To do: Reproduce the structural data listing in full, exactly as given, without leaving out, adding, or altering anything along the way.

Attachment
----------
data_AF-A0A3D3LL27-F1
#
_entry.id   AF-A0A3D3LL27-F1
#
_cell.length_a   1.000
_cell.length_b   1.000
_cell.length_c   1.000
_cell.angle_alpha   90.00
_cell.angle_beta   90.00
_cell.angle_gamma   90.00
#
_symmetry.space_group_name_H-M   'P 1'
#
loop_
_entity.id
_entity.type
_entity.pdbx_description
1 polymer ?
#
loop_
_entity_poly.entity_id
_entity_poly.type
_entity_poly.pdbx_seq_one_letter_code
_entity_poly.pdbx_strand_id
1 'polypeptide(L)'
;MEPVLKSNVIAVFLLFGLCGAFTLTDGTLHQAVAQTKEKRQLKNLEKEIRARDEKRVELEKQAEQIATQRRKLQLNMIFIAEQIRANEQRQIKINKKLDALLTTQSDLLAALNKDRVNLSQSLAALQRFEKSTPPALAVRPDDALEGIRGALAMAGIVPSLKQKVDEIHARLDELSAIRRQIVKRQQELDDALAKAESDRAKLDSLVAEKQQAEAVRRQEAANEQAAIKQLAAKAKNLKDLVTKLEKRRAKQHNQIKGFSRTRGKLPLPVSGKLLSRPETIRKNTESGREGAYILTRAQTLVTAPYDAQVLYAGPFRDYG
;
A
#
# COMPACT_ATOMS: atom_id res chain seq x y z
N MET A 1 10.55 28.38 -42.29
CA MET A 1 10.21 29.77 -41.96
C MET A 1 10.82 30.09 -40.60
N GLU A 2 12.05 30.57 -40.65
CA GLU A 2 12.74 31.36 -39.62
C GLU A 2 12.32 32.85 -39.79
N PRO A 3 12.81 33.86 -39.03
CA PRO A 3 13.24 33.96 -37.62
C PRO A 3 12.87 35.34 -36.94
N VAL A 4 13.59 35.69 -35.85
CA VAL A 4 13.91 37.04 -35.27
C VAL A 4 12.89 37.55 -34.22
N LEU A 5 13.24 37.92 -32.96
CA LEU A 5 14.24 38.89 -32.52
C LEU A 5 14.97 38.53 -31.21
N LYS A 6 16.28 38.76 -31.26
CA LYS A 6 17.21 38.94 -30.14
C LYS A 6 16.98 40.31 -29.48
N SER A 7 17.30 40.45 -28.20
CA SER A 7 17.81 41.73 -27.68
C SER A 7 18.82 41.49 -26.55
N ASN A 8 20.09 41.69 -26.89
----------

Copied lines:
data_AF-A0A3D3LL27-F1
#
_entry.id   AF-A0A3D3LL27-F1
#
_cell.length_a   1.000
_cell.length_b   1.000
_cell.length_c   1.000
_cell.angle_alpha   90.00
_cell.angle_beta   90.00
_cell.angle_gamma   90.00
#
_symmetry.space_group_name_H-M   'P 1'
#
loop_
_entity.id
_entity.type
_entity.pdbx_description
1 polymer ?
#
loop_
_entity_poly.entity_id
_entity_poly.type
_entity_poly.pdbx_seq_one_letter_code
_entity_poly.pdbx_strand_id
1 'polypeptide(L)'
;MEPVLKSNVIAVFLLFGLCGAFTLTDGTLHQAVAQTKEKRQLKNLEKEIRARDEKRVELEKQAEQIATQRRKLQLNMIFIAEQIRANEQRQIKINKKLDALLTTQSDLLAALNKDRVNLSQSLAALQRFEKSTPPALAVRPDDALEGIRGALAMAGIVPSLKQKVDEIHARLDELSAIRRQIVKRQQELDDALAKAESDRAKLDSLVAEKQQAEAVRRQEAANEQAAIKQLAAKAKNLKDLVTKLEKRRAKQHNQIKGFSRTRGKLPLPVSGKLLSRPETIRKNTESGREGAYILTRAQTLVTAPYDAQVLYAGPFRDYG
;
A
#
# COMPACT_ATOMS: atom_id res chain seq x y z
N MET A 1 10.55 28.38 -42.29
CA MET A 1 10.21 29.77 -41.96
C MET A 1 10.82 30.09 -40.60
N GLU A 2 12.05 30.57 -40.65
CA GLU A 2 12.74 31.36 -39.62
C GLU A 2 12.32 32.85 -39.79
N PRO A 3 12.81 33.86 -39.03
CA PRO A 3 13.24 33.96 -37.62
C PRO A 3 12.87 35.34 -36.94
N VAL A 4 13.59 35.69 -35.85
CA VAL A 4 13.91 37.04 -35.27
C VAL A 4 12.89 37.55 -34.22
N LEU A 5 13.24 37.92 -32.96
CA LEU A 5 14.24 38.89 -32.52
C LEU A 5 14.97 38.53 -31.21
N LYS A 6 16.28 38.76 -31.26
CA LYS A 6 17.21 38.94 -30.14
C LYS A 6 16.98 40.31 -29.48
N SER A 7 17.30 40.45 -28.20
CA SER A 7 17.81 41.73 -27.68
C SER A 7 18.82 41.49 -26.55
N ASN A 8 20.09 41.69 -26.89